Workers remove sediment using a long-reach excavator mounted on a barge with a roll-off container for initial dewatering of the sediment.

The Florida Keys took the brunt of Hurricane Irma when it hit in 2017, filling the network of canals with debris and sediment along with widespread damage. The debris has been cleared and now the first of the 10-canal Hurricane Irma sediment removal projects is underway.

Workers are mobilizing barges topped with containers, setting up erosion and sediment control barriers, and staging areas with hay bales to safely remove sediment at three canals. Two Islamorada canal projects are starting this week.

USDA’s Natural Resources Conservation Service (NRCS) funded $45.8 million for the cleanup through the Emergency Watershed Protection Program (EWP). "We are very thankful for NRCS and their partnership with Monroe County to help clean marine debris and sediment from Florida Keys canals," said Rhonda Haag, Monroe County Director of Sustainability.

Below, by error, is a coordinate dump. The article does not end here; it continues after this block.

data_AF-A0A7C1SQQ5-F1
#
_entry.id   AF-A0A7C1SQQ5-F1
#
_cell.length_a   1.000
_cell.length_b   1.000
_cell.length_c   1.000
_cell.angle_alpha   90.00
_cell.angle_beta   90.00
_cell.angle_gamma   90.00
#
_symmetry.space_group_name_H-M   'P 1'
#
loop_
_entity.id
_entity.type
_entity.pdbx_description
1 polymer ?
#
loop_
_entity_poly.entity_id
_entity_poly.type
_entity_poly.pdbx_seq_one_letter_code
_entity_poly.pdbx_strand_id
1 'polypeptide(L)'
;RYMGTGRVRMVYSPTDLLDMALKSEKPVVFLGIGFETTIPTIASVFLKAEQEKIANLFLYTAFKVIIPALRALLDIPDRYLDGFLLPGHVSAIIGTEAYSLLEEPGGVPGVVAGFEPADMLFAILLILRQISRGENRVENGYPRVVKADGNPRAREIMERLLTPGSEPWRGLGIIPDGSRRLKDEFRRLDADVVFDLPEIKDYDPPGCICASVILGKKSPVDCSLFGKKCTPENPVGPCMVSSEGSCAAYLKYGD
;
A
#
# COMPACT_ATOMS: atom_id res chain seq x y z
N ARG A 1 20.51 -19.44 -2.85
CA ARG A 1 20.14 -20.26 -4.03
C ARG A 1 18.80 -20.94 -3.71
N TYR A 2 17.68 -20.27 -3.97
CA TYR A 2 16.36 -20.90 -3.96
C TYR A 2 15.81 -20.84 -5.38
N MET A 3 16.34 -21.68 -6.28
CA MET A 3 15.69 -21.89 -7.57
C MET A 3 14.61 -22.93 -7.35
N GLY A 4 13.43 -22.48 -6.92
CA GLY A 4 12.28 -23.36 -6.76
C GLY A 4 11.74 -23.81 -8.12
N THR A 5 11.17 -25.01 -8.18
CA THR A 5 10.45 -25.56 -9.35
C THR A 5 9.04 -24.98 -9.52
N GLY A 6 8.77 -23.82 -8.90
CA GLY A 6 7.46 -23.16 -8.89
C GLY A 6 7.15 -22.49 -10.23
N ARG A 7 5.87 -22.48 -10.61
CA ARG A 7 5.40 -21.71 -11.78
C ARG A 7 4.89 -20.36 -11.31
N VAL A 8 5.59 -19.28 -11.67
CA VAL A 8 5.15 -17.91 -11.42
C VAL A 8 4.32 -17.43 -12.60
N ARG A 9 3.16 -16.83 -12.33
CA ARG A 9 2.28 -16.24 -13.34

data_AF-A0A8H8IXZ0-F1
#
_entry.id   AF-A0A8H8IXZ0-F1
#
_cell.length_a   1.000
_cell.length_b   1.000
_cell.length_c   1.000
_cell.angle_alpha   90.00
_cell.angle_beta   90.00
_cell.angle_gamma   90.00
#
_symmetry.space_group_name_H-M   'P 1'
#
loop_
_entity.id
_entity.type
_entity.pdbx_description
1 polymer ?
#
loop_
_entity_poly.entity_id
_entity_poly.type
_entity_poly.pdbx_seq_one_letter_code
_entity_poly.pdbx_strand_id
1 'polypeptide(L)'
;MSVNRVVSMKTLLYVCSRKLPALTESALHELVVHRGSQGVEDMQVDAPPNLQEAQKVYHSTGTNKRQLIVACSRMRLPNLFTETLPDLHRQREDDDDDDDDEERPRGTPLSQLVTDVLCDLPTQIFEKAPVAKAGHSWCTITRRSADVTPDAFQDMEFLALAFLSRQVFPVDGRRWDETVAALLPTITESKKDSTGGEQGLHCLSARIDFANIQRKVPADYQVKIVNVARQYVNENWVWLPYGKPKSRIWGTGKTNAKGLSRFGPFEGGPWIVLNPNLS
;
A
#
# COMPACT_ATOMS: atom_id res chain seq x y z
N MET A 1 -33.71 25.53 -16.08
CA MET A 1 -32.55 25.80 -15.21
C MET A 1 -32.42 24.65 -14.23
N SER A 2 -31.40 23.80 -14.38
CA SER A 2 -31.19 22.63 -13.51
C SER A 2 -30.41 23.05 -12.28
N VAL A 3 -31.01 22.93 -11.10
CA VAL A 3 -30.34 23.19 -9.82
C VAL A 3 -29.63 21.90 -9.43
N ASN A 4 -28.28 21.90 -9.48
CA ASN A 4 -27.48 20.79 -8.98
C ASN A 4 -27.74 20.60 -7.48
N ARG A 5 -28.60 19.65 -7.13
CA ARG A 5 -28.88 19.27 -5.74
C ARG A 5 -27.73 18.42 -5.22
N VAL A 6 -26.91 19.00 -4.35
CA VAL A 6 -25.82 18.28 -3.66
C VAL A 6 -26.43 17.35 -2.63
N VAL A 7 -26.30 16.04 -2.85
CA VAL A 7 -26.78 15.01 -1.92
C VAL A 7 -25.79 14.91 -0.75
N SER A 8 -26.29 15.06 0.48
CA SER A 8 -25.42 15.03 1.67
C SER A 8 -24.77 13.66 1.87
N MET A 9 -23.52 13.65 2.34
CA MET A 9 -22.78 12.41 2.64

The public and private landowners are eligible for assistance, but must be represented by a project sponsor, such as a city, county, conservation district or a Native American tribe or tribal organization. NRCS provides technical assistance and pays up to 75 percent of the construction.

Local sources contribute the remaining portion in the form of cash or in-kind services. The process begins when the sponsor requests assistance from a local NRCS office. Staff visit the site and determine eligibility based on environmental impacts and economic analysis, then request funding from the NRCS national office.

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